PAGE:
Granted, there are tests that are imperfect with a PPV of say 0.8 and a NPV of about the same, and yet we use them. But no one uses them as authoritative or definitive for a condition, only as a screening tool. And 0.8 is much higher than the PPV and NPV of tests on animals eg toxicity. Furthermore, animal tests in drug development are used as authoritative and definitive. Drugs are withdrawn from development because of results from unreliable animal models. That is why the US National Cancer Institute thinks society has lost cures for cancer; animal tests led to the drug not being developed. (Gura 1997) The gray areas of some medical tests notwithstanding, very high standards in medical science must be met in order for a test to be considered predictive. If the test does not meet those standards, then it is not predictive. Period. And in medical science it is not used as a predictive test.

This is not complicated.

Animal models for drug development have been studied and they are not predictive for humans; therefore they should not be used. It is immaterial to say that there are, or that there are not, other tests with a better or worse track record. If animal models have a PPV of 0.5 for hepatotoxicity and another test has a PPV of 0.6, neither is acceptable. Neither is predictive. Even if those are the only two tests in the universe, they should not be used as predictive tests. Tests that do not use animals should be judged on the basis of whether they have a high PPV and NPV, not on how they compare to other tests that do not fulfil the criteria. Being marginally better than animal tests does not mean a test should replace the animal test, it means that test is also not predictive. Neither test should be used as a definitive test or even as a screening tool for that matter. Asking for a study to compare animal tests with other tests is the position of someone with pretensions to sophistication but who in fact does not understand the fundamentals.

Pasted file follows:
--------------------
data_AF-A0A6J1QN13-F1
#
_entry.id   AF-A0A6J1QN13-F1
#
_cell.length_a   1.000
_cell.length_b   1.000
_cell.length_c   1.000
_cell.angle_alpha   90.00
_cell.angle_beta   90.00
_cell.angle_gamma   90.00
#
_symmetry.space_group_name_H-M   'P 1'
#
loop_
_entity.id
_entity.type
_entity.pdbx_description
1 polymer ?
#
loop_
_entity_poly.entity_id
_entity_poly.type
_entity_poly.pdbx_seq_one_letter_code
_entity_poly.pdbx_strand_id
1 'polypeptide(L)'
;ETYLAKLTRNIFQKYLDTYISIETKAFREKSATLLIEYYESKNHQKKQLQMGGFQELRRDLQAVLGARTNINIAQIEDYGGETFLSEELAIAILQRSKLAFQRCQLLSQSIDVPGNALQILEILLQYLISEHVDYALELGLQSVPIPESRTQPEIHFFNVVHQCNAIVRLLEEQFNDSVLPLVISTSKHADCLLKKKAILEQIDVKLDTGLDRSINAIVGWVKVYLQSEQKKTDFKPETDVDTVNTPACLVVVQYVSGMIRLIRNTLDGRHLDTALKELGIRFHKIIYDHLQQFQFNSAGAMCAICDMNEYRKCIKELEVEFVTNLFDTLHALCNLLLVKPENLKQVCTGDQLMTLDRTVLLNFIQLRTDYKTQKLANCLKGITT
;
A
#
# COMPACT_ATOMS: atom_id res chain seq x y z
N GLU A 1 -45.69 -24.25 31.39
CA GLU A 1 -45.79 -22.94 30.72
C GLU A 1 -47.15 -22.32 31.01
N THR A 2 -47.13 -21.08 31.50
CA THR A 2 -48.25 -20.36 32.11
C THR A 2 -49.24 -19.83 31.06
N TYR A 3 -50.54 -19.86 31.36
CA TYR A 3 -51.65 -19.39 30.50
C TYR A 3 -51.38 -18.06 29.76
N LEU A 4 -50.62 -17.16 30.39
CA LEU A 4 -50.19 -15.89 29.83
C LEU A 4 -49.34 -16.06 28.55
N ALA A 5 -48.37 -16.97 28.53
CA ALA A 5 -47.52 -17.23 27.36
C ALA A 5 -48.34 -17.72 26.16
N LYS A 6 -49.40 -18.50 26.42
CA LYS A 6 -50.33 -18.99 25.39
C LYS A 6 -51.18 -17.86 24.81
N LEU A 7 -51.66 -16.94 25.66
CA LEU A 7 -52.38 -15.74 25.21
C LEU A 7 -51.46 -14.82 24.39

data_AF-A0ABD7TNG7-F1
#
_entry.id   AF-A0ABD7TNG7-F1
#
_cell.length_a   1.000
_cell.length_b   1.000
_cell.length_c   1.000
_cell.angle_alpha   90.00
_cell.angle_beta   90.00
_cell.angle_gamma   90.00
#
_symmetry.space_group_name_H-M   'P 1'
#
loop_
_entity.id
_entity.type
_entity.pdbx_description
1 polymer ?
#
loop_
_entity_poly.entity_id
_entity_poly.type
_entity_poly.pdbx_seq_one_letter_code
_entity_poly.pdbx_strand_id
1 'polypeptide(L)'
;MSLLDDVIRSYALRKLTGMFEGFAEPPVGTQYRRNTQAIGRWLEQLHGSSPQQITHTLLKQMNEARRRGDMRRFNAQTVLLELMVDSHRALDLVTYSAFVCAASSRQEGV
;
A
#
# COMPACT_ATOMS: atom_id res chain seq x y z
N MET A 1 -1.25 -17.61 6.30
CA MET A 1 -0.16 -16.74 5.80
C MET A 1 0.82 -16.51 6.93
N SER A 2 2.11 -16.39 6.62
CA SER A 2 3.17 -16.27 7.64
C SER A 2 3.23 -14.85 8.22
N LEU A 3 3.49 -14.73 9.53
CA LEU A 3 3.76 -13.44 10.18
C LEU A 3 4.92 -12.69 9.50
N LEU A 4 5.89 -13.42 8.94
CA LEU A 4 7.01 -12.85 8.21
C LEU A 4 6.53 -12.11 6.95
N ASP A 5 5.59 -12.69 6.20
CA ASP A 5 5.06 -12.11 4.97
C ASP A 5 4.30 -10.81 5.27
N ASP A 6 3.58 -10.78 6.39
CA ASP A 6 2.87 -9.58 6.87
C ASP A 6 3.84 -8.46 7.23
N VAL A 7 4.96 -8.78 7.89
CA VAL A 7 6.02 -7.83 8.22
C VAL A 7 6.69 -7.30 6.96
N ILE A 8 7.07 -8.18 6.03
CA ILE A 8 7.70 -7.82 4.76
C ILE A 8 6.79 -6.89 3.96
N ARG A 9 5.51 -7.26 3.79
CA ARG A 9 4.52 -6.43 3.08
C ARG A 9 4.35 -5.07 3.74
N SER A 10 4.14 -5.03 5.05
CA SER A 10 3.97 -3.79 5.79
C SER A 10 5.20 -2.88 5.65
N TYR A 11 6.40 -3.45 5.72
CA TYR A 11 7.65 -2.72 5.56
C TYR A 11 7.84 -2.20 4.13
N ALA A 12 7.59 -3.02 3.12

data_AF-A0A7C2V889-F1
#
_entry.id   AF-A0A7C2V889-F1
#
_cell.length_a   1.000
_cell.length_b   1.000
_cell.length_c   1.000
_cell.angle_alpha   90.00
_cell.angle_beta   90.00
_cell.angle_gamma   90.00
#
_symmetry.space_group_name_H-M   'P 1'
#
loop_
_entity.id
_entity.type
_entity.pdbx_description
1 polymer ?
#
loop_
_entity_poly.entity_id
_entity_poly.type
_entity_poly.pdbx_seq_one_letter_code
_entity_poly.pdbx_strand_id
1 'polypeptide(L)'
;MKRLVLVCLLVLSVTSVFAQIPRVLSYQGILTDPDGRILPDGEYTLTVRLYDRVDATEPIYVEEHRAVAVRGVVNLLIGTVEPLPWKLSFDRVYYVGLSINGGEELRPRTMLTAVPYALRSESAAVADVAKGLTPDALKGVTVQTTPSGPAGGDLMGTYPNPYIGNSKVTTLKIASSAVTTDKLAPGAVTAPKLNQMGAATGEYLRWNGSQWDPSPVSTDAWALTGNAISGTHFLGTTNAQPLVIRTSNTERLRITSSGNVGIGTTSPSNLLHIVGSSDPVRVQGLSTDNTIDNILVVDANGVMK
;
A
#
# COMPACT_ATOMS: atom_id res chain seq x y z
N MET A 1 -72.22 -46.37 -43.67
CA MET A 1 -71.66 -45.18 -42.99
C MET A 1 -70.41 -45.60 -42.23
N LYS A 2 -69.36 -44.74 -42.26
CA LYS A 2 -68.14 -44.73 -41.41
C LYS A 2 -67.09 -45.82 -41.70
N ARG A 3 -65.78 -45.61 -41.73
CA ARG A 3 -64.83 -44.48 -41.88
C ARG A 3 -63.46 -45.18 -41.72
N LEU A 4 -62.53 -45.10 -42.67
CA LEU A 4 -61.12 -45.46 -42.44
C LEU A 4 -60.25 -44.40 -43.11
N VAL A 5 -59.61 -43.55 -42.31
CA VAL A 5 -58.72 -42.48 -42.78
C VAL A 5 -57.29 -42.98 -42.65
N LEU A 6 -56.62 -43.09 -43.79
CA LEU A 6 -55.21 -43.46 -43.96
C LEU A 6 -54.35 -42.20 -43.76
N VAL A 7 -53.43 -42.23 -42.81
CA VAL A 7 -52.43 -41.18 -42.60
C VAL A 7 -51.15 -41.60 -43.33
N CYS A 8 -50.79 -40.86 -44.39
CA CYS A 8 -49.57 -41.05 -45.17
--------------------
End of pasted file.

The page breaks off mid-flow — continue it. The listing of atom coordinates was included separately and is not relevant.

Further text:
Challenging the status quo is seldom easy, however the Safety of Medicine Bill merely heaps bad logic on top of bad science. Sadly, the animal rights movement is usually a cacophony of opinions, not all of which are even consistent with the philosophy of animal rights. One area where the movement should be able to get it right is science. There are actual right and wrong answers in science and when one ignores these answers in order to advance a personal agenda, one is not helping the situation.


Gura, T. 1997. Cancer Models: Systems for identifying new drugs are often faulty. Science 278 (5340):1041-2.